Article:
In the second half of this verse we find out the reason why the responsibility of teaching outweighs the prestige of being a teacher: “…as such we will incur a stricter judgment.” The teacher, whose privileges are greater, will be judged with a special strictness. Take me for example; one of my jobs here at the church is to lead the youth. As the youth leader I am responsible for the teaching that the youth receive in our youth classes. Because of that responsibility I spend many hours preparing to teach on the passage we will be studying. I get paid to study my bible, which is what all Christians are required to do, and so I have a greater responsibility to understand God’s word. Not only would I be failing to work diligently at my job if I didn’t work to understand Scripture, but I would also be held accountable for all the time that I could have been studying that I wasted. A person teaching also is held to a higher standard because that person has influence over many people. Look at what the Apostle Paul said about the false teachers plaguing the Galatians:
Galatians 1:8-9: But even if we, or an angel from heaven, should preach to you a
gospel contrary to what we have preached to you, he is to be accursed! As we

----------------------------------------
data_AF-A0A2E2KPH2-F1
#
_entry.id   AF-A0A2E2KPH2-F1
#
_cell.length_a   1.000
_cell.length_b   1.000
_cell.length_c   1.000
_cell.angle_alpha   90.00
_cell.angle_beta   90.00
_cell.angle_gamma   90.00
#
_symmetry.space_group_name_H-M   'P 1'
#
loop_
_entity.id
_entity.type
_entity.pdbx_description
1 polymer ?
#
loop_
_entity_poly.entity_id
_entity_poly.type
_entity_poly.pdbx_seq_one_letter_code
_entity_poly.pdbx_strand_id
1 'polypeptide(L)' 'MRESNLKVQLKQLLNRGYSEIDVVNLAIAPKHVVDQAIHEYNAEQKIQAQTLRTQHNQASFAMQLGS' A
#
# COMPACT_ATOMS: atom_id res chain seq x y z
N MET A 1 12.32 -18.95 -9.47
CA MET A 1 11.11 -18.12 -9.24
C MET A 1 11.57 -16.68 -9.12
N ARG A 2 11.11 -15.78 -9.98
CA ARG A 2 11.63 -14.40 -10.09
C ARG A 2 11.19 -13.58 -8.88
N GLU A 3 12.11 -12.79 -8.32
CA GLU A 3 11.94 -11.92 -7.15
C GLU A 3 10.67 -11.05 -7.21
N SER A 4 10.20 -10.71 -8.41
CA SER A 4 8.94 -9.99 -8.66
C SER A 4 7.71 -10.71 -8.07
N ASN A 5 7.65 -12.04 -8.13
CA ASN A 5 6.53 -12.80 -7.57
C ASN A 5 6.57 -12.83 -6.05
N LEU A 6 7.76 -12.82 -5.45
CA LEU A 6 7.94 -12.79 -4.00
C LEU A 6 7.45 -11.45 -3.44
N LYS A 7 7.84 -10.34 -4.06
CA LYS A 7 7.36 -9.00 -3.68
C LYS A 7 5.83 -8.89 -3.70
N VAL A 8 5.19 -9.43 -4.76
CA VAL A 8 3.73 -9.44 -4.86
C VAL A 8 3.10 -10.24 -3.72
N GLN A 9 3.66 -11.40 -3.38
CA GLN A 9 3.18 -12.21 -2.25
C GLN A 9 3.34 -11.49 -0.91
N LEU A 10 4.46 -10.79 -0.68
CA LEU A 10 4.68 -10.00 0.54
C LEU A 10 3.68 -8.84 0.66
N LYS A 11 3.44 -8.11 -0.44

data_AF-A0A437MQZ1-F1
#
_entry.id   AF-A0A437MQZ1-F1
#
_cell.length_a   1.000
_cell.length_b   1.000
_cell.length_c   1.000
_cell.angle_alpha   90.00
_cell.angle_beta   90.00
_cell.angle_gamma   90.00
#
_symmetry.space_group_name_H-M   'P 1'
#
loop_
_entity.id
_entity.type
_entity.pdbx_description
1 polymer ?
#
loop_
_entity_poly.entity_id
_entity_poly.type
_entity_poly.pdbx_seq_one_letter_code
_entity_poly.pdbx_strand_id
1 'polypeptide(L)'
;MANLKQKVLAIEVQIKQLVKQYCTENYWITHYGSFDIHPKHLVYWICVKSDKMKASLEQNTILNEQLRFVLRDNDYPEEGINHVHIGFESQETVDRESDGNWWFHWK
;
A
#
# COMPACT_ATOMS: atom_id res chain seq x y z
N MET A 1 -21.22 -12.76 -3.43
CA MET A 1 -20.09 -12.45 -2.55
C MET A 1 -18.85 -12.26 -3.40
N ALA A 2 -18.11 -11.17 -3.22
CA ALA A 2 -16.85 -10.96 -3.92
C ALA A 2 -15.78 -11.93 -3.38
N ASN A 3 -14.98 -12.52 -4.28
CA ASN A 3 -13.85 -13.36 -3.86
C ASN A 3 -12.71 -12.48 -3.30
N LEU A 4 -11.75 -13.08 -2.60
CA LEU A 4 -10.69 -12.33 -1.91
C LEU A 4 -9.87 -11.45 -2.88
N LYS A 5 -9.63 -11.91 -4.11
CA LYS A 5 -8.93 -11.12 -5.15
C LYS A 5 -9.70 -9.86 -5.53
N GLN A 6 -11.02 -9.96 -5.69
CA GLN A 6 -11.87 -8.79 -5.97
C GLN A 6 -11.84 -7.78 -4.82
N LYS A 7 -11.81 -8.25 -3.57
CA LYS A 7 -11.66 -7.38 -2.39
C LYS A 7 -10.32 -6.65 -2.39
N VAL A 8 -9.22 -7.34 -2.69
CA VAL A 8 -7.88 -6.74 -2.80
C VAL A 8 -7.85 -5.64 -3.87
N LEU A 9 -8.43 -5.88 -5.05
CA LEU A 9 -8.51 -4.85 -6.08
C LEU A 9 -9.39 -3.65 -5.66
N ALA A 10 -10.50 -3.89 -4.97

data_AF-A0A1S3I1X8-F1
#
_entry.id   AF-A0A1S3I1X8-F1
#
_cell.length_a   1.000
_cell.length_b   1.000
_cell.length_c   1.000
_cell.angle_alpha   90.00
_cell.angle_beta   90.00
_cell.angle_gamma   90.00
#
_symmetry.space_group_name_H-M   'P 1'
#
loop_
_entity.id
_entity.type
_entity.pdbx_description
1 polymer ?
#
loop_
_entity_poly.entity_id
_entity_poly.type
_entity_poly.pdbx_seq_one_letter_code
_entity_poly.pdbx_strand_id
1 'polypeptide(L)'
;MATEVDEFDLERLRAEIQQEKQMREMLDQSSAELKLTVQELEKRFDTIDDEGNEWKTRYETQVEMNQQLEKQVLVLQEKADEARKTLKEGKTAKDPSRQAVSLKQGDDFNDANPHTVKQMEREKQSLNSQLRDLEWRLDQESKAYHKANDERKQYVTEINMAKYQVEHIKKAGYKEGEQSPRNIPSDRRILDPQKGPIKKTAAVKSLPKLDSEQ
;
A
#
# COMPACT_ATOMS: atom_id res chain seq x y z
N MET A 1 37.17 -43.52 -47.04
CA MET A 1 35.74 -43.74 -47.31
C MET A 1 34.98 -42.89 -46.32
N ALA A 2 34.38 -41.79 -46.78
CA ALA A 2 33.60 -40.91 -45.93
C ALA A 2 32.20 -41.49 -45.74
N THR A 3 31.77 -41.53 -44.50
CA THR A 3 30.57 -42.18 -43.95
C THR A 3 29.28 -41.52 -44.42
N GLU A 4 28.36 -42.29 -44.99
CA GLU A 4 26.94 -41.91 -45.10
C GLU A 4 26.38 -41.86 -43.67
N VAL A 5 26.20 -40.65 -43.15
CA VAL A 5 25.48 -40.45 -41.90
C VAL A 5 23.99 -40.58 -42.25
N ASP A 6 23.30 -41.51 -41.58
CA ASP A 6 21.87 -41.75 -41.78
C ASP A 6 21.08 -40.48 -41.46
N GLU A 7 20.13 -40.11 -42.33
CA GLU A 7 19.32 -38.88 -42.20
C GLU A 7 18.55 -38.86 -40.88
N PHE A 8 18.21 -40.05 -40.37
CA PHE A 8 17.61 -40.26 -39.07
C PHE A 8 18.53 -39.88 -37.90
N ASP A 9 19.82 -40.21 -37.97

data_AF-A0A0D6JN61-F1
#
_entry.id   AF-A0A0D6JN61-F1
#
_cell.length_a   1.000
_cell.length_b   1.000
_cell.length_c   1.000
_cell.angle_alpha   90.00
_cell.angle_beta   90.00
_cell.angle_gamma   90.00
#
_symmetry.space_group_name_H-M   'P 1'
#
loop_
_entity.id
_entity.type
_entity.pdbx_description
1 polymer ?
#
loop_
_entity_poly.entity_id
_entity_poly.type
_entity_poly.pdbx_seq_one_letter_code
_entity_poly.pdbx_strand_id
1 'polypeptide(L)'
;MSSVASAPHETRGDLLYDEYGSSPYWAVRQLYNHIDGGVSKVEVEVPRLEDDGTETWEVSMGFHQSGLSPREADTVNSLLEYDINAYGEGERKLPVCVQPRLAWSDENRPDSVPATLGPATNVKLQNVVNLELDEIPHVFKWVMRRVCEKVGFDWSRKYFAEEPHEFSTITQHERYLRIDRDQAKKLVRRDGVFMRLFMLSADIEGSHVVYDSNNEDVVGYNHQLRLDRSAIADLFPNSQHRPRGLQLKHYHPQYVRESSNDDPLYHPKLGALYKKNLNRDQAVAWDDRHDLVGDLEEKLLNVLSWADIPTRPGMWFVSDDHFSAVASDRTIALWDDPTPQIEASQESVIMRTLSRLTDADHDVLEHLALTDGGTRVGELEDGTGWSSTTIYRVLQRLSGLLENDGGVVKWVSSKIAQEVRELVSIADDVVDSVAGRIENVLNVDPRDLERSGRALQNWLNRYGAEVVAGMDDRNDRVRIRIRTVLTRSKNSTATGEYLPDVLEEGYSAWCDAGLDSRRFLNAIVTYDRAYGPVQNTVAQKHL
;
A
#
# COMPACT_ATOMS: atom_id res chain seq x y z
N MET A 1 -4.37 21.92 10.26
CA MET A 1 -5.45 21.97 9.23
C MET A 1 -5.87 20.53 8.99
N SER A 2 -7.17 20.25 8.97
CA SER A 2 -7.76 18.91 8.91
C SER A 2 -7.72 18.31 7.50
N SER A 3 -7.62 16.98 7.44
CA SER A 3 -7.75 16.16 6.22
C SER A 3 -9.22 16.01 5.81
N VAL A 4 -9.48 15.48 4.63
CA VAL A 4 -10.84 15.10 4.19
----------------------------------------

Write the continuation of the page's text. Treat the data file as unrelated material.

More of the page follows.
have said before, so I say again now, if any man is preaching to you a gospel
contrary to what you received, he is to be accursed!
Galatians 5:10: I have confidence in you in the Lord that you will adopt no
other view; but the one who is disturbing you will bear his judgment, whoever he
If you teach something incorrect to someone else not only are you leading yourself astray, but you are also leading those listening to you astray. The primary reason that teachers will incur a stricter judgment is because their ministry involves speech, which we will see to be the hardest of all parts of the body to control (vs. 8); this exposes them to greater danger of sin and thus greater danger of judgment. This should increase everyone’s desire to obey James’ command in 1:19 and be slow to speak.